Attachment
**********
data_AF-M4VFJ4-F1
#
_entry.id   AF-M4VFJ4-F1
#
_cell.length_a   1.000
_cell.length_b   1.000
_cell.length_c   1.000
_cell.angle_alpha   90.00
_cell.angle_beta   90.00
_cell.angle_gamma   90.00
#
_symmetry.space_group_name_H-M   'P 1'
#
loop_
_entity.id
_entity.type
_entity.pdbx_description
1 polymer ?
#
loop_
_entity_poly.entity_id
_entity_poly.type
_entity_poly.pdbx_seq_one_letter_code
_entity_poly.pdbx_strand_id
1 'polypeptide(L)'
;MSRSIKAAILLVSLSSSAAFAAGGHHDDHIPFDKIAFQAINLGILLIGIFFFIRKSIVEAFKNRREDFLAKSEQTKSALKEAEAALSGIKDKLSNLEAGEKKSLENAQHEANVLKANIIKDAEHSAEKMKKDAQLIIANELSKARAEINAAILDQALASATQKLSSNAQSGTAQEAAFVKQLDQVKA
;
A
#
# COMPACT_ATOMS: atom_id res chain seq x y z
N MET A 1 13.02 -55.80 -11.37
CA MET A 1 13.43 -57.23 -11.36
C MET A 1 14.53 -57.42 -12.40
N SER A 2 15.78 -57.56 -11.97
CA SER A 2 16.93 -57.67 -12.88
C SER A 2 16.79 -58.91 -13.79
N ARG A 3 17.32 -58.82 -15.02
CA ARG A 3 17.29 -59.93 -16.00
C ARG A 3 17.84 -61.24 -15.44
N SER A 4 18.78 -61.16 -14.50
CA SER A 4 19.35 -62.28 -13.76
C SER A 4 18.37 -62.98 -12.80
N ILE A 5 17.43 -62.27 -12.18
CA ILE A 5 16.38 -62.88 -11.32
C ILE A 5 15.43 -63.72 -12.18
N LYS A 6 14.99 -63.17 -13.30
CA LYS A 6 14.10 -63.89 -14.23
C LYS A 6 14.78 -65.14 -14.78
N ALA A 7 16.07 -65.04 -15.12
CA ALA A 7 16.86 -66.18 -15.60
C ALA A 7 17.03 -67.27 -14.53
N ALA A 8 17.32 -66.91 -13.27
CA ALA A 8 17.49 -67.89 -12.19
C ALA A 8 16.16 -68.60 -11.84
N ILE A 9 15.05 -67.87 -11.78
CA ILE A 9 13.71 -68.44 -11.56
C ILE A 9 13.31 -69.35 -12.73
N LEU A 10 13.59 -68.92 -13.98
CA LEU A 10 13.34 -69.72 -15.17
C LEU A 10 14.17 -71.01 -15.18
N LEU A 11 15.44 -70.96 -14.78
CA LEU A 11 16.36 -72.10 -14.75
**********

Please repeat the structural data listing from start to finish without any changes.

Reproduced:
data_AF-M4VFJ4-F1
#
_entry.id   AF-M4VFJ4-F1
#
_cell.length_a   1.000
_cell.length_b   1.000
_cell.length_c   1.000
_cell.angle_alpha   90.00
_cell.angle_beta   90.00
_cell.angle_gamma   90.00
#
_symmetry.space_group_name_H-M   'P 1'
#
loop_
_entity.id
_entity.type
_entity.pdbx_description
1 polymer ?
#
loop_
_entity_poly.entity_id
_entity_poly.type
_entity_poly.pdbx_seq_one_letter_code
_entity_poly.pdbx_strand_id
1 'polypeptide(L)'
;MSRSIKAAILLVSLSSSAAFAAGGHHDDHIPFDKIAFQAINLGILLIGIFFFIRKSIVEAFKNRREDFLAKSEQTKSALKEAEAALSGIKDKLSNLEAGEKKSLENAQHEANVLKANIIKDAEHSAEKMKKDAQLIIANELSKARAEINAAILDQALASATQKLSSNAQSGTAQEAAFVKQLDQVKA
;
A
#
# COMPACT_ATOMS: atom_id res chain seq x y z
N MET A 1 13.02 -55.80 -11.37
CA MET A 1 13.43 -57.23 -11.36
C MET A 1 14.53 -57.42 -12.40
N SER A 2 15.78 -57.56 -11.97
CA SER A 2 16.93 -57.67 -12.88
C SER A 2 16.79 -58.91 -13.79
N ARG A 3 17.32 -58.82 -15.02
CA ARG A 3 17.29 -59.93 -16.00
C ARG A 3 17.84 -61.24 -15.44
N SER A 4 18.78 -61.16 -14.50
CA SER A 4 19.35 -62.28 -13.76
C SER A 4 18.37 -62.98 -12.80
N ILE A 5 17.43 -62.27 -12.18
CA ILE A 5 16.38 -62.88 -11.32
C ILE A 5 15.43 -63.72 -12.18
N LYS A 6 14.99 -63.17 -13.30
CA LYS A 6 14.10 -63.89 -14.23
C LYS A 6 14.78 -65.14 -14.78
N ALA A 7 16.07 -65.04 -15.12
CA ALA A 7 16.86 -66.18 -15.60
C ALA A 7 17.03 -67.27 -14.53
N ALA A 8 17.32 -66.91 -13.27
CA ALA A 8 17.49 -67.89 -12.19
C ALA A 8 16.16 -68.60 -11.84
N ILE A 9 15.05 -67.87 -11.78
CA ILE A 9 13.71 -68.44 -11.56
C ILE A 9 13.31 -69.35 -12.73
N LEU A 10 13.59 -68.92 -13.98
CA LEU A 10 13.34 -69.72 -15.17
C LEU A 10 14.17 -71.01 -15.18
N LEU A 11 15.44 -70.96 -14.78
CA LEU A 11 16.36 -72.10 -14.75